Mental Factors in Health Care / Dr. Paulos Mar Gregorios


Mental Factors in Health Care / Dr. Paulos Mar Gregorios PDF File
1. Though mental health, peace and joy are by-products of religious faith, it does not follow that religion is merely a means of attaining mental peace. The purpose of religion is to find one’s grounding in God, and to work out that faith-grounding through worship and work.
2. The most fundamental problems of human existence are anxiety about the future and a sense of guilt about the past and the present. The two are interconnected. The anxiety factor includes an element of fear of punishment for the sins one committed.
3. The sense of guilt seems also the root of a great deal of hypocrisy, dissimulation, pretension and falsehood. Precisely because I have an anxiety that others may not accept me as I am, I try, unconsciously, to pretend that I am something else, something bigger and better than what I really am. This falseness in its turn creates the anxiety that someone may discover one’s true “self.” Thus guilt, anxiety, and falseness reinforce each other in human existence.
4. The combination of guilt, anxiety and falseness, seems what lies under the heightened phenomenon of stress, (The classical discussion of Stress is in Hans Selve M.D., The Stress of Life, (1956), Revised edition, Mc-Graw Hill, 1976) or as it is technically called in medical literature “stress syndrome” or “General Adaptation Syndrome.” Medically this relates to disease in which non-specific bodily or mental stress plays a decisive role.
5. The false distinction which medical science itself makes between “bodily” and “mental” in diagnosing the origin (aetiology) of diseases, belongs to the “total stress” of the civilisation which we have now adopted from the west. Its science and knowledge itself have been produced by the stress of a guilt-and-anxiety-lader culture – guilty about its colonial past, actrocities, exploitations, wars, concentration camps and holocausts. Mind and body cannot be thus distinguished. The mind is part, integral part, of a living body, and what affects the body affects the mind, and vice versa. We will not arrive at a healthy society until we overcome this false mind-body dualism, and the regarding of the body as inferior, which is an aspect of Indian culture.
6. The Stress Syndrome or the General Adaptation Syndrome, as described by Dr. Selye, affects the whole body and mind. When the Body-Mind confronts a general stress situation, the kidney has to work extra hard to maintain stability of blood pressure; there are changes in the walls of the arteries; it affects all connective tissues and can lead to inflammation; it affects also the lymphatic cells and eosinophil cells; it causes the pituitary, thyroid and adrenal gland tissues, the liver, the adrenaline medulla, and the whole nervous system, to produce chemical changes. The high incidence of stress and maladaptation of the body-mind system in coping with stress, accounts partially for increases in diseases like high blood pressure, diseases of the heart and blood vessels, diseases of the kidney, eclampsia in pregnant women, rheumatic and rheumatoid arthritis, inflammatory diseases of the skin and eyes, allergic and hypersensitivity diseases, sexual derangements, digestive diseases, cancer, and of course nervous and mental diseases. It increases general irritability in men and women and often wreck marriages. It can also create hyper-excitation as well as depression, both of which affect human relations and lead to various bodily and nervous diseases. Impulsive behaviour, emotional instability, inability to concentrate, loss of the joy of life, insomnia, predilection to fatigue, and hypermobility (inability to sit still, be silent, or relax), can all result from stress. And many patients who consult a physician, only to be told that they have no disease, experience even more stress. They feel that they have to prove that they are sick. And this only adds to the general stress syndrome, and could lead to increase in self-medication (pain killers and tranquillisers), increased smoking, loss of appetite, missed menstrual cycles in women, or increased pre-menstrual stress, migraine head-aches, and even alcohol and drug addiction. It makes people more self-hating and accident prone.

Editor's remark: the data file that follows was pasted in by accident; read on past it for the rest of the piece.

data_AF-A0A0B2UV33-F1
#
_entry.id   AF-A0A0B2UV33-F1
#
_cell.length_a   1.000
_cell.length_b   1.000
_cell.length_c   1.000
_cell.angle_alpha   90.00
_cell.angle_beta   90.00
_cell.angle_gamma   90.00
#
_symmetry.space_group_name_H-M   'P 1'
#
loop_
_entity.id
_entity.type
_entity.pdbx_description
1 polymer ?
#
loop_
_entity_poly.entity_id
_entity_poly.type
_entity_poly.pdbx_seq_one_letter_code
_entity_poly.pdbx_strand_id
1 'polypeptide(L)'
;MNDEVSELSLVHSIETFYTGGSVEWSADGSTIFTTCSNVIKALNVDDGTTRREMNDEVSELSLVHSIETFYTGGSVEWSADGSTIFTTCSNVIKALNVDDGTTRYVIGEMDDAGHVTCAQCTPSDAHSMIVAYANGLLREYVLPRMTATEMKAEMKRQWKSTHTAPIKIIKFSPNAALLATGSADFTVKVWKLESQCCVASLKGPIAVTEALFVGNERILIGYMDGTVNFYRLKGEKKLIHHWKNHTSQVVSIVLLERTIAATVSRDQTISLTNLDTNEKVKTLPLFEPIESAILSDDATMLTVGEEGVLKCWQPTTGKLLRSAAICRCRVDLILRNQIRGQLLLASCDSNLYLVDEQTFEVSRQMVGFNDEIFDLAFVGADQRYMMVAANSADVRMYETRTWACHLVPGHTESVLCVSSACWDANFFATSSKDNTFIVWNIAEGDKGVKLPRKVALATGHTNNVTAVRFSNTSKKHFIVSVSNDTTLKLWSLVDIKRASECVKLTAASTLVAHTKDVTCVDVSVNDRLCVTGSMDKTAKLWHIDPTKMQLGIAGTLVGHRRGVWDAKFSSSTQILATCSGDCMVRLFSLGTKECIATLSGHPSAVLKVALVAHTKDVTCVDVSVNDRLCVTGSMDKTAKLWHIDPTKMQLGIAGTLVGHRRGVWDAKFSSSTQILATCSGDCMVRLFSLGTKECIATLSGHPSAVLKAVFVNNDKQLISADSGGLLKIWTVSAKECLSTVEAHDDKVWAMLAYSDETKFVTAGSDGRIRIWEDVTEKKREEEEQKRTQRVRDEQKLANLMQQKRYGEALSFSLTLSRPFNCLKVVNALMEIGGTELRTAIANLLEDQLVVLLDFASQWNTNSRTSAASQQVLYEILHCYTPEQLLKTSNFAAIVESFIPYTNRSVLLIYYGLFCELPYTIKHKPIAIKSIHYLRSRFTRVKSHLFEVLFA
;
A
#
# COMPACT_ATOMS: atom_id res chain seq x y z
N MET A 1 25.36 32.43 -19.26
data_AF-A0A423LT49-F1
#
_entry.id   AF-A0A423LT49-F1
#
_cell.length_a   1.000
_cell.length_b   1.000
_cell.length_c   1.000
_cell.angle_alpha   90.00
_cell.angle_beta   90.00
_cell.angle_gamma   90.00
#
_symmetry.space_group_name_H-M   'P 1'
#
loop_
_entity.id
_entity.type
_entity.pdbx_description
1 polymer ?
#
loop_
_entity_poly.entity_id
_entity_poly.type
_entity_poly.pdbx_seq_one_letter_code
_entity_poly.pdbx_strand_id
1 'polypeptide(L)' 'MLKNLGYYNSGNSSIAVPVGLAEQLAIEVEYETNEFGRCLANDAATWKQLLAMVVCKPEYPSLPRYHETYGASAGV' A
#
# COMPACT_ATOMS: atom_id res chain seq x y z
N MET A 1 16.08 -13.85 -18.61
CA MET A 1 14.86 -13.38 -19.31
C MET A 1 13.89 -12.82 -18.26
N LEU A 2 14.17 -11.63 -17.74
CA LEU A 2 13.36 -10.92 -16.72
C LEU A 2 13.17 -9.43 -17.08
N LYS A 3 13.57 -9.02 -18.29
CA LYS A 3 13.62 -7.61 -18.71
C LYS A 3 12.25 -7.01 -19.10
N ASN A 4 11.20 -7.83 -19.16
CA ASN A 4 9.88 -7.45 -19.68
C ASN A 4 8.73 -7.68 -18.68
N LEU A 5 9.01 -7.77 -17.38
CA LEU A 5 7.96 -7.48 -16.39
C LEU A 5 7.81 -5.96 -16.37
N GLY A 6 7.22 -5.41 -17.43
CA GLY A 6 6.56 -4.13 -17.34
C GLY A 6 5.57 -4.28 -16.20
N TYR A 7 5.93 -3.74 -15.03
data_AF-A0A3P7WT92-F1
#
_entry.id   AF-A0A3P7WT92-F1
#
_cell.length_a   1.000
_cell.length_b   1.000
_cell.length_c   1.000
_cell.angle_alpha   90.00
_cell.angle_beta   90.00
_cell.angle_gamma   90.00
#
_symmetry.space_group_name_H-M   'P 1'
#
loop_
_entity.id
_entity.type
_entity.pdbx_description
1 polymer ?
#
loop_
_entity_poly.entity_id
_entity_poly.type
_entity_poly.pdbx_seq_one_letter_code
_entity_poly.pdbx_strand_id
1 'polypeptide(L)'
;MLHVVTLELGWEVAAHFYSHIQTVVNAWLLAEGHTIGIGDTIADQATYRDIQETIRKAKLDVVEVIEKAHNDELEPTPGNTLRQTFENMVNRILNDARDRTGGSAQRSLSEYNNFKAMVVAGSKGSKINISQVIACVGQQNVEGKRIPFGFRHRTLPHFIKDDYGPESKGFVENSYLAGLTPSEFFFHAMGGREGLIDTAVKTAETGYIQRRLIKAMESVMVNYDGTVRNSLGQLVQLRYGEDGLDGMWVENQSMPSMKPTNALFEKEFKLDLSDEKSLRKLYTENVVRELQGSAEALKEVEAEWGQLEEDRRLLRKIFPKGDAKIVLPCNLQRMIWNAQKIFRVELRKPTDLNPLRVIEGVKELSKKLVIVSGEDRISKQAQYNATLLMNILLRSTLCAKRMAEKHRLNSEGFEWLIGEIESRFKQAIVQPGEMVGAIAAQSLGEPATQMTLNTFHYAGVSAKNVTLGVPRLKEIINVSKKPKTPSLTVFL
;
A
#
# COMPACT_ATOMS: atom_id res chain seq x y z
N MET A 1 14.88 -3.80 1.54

7. This brief and non-professional description of the General Adaptation Syndrome accounts for some 60% of the people coming to a hospital for treatment, sometimes with a localized and identifiable symptom but more often without. It is no use telling them that their disease is “psychological.” It has affected their physical body as well as their psychic equipment.
8. The modern doctor recognizes this as a case calling for administering some placebo or palliative, some pink tablet or red ‘mixture’, and in some cases it works, because the very falling sick and going to hospital help to win the sympathy of the family and to relieve some of the stress.
9. It is at this point that the renewal of the patient’s religious faith can very effectively be used as a better cure than the placebo or palliative. It is therefore imperative that at least in all hospitals run under private auspices, and desirably in other hospitals as well, there should be more than just a chaplain or psychiatrist. We need in each major hospital a team of skilled, gifted and well-trained religious counsellors, who can help renew the patient’s faith without any pressure to impose the categories of another religion on the patient. If it is a Hindu patient, there are enough resources in the Hindu tradition itself for a substantial evocation of the patient’s faith within the categories of the Hindu tradition itself-using the Fita, the Vedas, Upanishads and Hindu rites and forms of worship. The same for a Muslim or a Christian patient. A Christian hospital should not impose a Christian religious categories on a Hindu or a Muslim patient. This is difficult to accept for Christians who have been brain-washed in one or other particular form of Christianity which emphasizes the “sacred duty” of converting everyone to Christianity.